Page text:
Facebook will have to defend itself in a class action lawsuit seeking to force it to provide refunds when children make purchases on its site without their parents’ permission, a judge has ruled.
The decision, from Judge Beth Labson Freeman of the federal district court in San Jose, California, could lead to a change in how Facebook handles payments made by minors on or through its site.
The suit was brought on behalf of two children and their parents in 2012, and claims that Facebook’s terms for refunds violate California state law. A trial is set for Oct. 19.
Both children made purchases using the company’s Facebook Credits virtual currency. One asked his mother for US$20 to make purchases in the game “Ninja Saga,” but ended up spending several hundred dollars, thinking the virtual currency wouldn’t result in real-world charges. The mother asked for a refund but was denied one until after the suit was filed. The other child took the parent’s debit card without permission and racked up charges totaling over $1,000. That child’s parent has received a refund of $59.90, according to a court filing Tuesday.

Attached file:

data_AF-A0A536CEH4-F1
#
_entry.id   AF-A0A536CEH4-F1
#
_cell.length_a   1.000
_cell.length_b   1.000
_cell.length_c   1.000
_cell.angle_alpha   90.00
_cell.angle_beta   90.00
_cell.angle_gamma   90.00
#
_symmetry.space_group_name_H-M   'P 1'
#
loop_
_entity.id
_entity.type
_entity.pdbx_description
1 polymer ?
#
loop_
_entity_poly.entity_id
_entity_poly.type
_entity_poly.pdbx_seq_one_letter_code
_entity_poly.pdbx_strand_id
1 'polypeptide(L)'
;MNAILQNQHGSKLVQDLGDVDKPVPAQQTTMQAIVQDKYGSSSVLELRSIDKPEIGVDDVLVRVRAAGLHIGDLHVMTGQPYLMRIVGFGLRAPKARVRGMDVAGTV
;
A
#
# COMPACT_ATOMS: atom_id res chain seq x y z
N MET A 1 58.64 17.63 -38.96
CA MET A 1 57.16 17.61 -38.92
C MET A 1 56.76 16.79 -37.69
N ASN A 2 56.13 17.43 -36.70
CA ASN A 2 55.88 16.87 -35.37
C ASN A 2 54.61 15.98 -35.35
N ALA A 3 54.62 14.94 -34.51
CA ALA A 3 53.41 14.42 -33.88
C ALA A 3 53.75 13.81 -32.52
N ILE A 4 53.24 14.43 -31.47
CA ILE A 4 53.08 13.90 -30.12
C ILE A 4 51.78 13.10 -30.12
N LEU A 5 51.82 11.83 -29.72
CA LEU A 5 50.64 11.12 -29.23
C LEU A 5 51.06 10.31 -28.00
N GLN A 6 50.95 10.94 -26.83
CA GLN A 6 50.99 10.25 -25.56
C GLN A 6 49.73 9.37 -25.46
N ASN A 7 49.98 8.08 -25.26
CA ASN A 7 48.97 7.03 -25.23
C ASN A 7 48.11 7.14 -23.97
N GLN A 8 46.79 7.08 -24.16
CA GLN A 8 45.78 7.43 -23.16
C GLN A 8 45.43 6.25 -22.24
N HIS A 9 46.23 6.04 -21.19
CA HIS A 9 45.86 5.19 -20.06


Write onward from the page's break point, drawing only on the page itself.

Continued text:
The plaintiffs argue that its policies do not do enough to protect minors. Specifically, they seek protections under California law, which recognizes that minors may not exercise proper judgement when entering into contracts, and which can be voided if they involve personal property the child does not own.
Because Facebook cites California law in its own policies, minors can invoke the law regardless of where they live, Judge Freeman wrote in her decision.
The certified class includes potentially millions of Facebook users who were minors between 2008 and 2015.
Plaintiffs say their lawsuit is about requiring Facebook to amend its policies to comply with California law, rather than ending its sales to minors. Facebook stopped offering its Credits currency in 2013, replacing it with Facebook Payments.
Kristine Van Hamersveld, an attorney for Facebook, declined to comment on the case Wednesday.